WET Review

WET Review

Published On September 16, 2009 | By Chris Taylor | Reviews
Overall Score
63 %
The grindhouse feel is fantastic
Brilliant soundtrack
Slicing people up like a badass
No replayability
Awkward platforming
Quick Time Events

What would happen if John Woo, Max Payne, Quentin Tarantino and a generic grindhouse director made sweet sweet love? WET would be the ridiculous spawn, combining slow motion killing with a crazy grindhouse feel and some hints of Tarantino influence. This means a lot of blood, a lot of dismembered limbs and a lot of ridiculously out of place punk songs.

You play as Rubi Malone; a foul-mouthed vixen with a love for guns and katanas. She is like a trapeze artist at a circus, but armed with guns and swords and a wide array of curse words. In WET you’re thrown into a B-Movie world of hilariously weird villains, drug smuggling, double crossers and Matrix-style action sequences. The story doesn’t really progress; instead it smashes through the TV and punches you square in the nose, just so you can get to the next area with some reasoning behind it.

Rubi is equipped with a wide number of moves, many of which will result in a pile of dead bodies; some without limbs. The main combat feature here, however, is the brilliantly named “Rubi time” (can you taste the sarcasm?). Whilst sliding on the floor or jumping through the air, time slows down and you can shoot as many people as possible before landing or getting up. Luckily, your guns never ever need reloading. Just shoot. Shoot and watch the bodies fall. Even better when you have two guns because the bodies fall much quicker. Then you also have the chance to slice a few arms off with Rubi’s trusty katana.

The best part is when flying through the air, the targetting is only aimed at one of the bad guys leaving you free to aim the second gun at anyone else within the vicinity, providing for some quick and not so clean carnage. When you swing from a pole, fly through the air, cap a few bad guys, hit the floor, slide under a truck and shoot a number of guys in the knees on the other side, the rush of adrenaline is fantastic. It is a shame that this gets really boring quite quickly. WET is essentially this 5 seconds of fun repeated for a few hours with some bad platforming thrown in, which I’ll come to later. Although many of the moves in the game can be upgraded, they never feel like significant upgrades that affect the way you play the game.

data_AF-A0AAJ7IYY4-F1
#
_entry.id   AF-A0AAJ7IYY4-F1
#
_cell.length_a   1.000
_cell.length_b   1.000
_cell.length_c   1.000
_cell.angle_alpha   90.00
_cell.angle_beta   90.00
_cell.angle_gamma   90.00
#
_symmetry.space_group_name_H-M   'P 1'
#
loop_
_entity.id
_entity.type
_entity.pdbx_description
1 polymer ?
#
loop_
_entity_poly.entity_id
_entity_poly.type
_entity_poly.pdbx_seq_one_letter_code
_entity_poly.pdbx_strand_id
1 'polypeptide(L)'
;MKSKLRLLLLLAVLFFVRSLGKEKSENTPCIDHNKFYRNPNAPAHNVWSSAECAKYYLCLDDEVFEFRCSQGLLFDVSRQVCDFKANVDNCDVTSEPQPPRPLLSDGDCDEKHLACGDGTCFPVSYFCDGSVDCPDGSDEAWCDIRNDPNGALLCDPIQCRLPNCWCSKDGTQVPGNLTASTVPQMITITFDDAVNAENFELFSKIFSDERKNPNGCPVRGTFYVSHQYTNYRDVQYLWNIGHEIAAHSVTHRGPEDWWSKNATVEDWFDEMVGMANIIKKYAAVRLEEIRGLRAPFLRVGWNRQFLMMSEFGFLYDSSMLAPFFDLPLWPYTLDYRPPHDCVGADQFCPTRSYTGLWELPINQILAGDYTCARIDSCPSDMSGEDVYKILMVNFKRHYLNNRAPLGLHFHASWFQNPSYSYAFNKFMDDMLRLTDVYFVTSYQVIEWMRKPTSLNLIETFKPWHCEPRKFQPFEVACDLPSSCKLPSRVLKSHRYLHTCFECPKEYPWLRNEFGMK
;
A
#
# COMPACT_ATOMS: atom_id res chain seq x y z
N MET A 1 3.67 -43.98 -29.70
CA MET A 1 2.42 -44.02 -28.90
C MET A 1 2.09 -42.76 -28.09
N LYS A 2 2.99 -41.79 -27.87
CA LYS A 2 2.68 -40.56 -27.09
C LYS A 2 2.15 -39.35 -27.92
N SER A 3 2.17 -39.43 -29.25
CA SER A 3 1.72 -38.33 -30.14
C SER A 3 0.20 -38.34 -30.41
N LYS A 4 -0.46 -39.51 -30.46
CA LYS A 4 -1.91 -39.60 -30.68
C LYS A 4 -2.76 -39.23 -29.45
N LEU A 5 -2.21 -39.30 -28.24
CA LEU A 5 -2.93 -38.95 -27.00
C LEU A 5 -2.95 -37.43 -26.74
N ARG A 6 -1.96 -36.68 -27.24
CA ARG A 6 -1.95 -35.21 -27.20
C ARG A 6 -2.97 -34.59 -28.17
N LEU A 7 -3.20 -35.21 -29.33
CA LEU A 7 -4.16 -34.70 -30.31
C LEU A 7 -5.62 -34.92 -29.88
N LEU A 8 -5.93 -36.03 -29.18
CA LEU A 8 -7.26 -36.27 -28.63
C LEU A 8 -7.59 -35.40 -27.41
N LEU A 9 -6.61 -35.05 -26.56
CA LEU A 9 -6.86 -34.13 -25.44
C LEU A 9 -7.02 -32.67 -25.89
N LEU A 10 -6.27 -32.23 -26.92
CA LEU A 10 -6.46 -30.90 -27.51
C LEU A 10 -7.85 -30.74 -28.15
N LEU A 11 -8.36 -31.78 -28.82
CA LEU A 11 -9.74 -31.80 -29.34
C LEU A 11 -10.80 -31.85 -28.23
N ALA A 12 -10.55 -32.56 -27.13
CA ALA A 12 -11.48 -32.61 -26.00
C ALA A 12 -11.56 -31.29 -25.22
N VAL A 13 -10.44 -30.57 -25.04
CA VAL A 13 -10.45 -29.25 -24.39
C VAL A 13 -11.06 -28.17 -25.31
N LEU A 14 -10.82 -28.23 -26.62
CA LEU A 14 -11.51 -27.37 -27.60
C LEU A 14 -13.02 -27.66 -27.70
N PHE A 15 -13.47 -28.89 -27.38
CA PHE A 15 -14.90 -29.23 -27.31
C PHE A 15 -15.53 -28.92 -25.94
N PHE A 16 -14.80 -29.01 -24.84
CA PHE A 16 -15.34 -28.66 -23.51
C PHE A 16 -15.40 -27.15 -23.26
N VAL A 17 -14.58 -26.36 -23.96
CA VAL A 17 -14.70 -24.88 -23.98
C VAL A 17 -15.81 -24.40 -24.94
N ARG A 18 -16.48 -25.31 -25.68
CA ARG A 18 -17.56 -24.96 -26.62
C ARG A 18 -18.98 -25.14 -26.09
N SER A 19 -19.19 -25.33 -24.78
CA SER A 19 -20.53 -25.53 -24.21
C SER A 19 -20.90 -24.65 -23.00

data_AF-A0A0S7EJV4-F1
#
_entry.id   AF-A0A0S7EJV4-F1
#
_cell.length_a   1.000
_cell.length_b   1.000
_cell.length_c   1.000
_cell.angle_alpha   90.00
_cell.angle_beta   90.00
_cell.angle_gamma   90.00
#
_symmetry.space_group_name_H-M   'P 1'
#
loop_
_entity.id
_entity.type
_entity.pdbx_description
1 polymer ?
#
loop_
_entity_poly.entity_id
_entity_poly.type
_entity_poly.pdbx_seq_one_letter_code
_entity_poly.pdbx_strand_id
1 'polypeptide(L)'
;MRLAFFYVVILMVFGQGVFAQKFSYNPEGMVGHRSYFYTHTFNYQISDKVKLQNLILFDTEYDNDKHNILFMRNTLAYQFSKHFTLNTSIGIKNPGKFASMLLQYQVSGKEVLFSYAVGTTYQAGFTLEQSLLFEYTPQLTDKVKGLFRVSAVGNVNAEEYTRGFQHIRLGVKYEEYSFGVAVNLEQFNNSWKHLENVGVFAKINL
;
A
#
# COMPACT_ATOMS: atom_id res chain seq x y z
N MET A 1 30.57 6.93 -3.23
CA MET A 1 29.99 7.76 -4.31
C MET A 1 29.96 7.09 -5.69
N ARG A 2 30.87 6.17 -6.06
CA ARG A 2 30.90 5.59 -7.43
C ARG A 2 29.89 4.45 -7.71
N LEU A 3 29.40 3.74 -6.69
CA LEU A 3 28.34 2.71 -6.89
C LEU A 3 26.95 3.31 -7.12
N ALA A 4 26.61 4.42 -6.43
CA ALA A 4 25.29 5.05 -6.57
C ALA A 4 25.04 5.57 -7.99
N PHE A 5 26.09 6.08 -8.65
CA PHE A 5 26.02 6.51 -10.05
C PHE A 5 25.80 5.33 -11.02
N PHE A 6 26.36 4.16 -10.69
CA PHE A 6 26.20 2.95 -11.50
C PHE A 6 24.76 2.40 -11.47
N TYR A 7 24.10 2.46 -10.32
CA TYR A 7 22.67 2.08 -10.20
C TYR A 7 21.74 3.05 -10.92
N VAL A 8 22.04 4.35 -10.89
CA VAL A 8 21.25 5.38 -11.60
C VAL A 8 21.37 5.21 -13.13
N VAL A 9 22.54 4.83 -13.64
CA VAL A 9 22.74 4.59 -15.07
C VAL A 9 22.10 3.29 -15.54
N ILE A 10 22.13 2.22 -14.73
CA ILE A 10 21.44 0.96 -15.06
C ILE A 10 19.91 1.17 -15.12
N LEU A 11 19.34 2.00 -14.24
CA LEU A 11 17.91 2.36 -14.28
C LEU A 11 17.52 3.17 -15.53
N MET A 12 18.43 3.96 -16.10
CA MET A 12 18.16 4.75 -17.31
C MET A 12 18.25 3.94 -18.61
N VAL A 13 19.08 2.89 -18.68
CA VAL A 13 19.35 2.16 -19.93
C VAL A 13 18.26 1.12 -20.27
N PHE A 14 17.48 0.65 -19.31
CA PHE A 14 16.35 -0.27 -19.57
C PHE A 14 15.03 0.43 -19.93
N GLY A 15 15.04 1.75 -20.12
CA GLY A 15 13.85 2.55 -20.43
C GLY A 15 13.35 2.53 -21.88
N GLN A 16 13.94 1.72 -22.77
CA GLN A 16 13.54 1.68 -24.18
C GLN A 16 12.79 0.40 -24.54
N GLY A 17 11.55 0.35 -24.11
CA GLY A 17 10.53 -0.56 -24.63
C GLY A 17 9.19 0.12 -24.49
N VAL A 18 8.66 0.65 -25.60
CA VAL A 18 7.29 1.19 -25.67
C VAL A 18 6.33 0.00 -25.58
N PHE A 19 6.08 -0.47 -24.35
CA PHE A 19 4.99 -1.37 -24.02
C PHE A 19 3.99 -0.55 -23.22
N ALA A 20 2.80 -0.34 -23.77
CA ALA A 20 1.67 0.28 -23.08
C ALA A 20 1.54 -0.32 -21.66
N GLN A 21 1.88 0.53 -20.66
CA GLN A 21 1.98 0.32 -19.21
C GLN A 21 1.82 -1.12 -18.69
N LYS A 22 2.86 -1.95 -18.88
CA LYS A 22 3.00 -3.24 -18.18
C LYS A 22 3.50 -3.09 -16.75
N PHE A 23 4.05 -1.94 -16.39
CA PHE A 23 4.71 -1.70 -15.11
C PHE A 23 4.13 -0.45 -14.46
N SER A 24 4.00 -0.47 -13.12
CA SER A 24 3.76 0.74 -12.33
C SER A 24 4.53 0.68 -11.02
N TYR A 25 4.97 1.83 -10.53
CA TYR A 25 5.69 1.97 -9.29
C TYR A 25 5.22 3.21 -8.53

The game also follows the same linear structure throughout. You start off with some platforming, meet a small bunch of enemies, kill them, enter a large arena, then rinse and repeat. The arenas sound interesting but, as with everything else, get boring fast. You need to stop the enemies spawning from the many doors around the arena, perhaps taking out the heavy duty minigunners on the way, then slaughtering anyone else left before you can leave. Sure it seems a lot of fun the first few times, but after a while it feels like deja vu.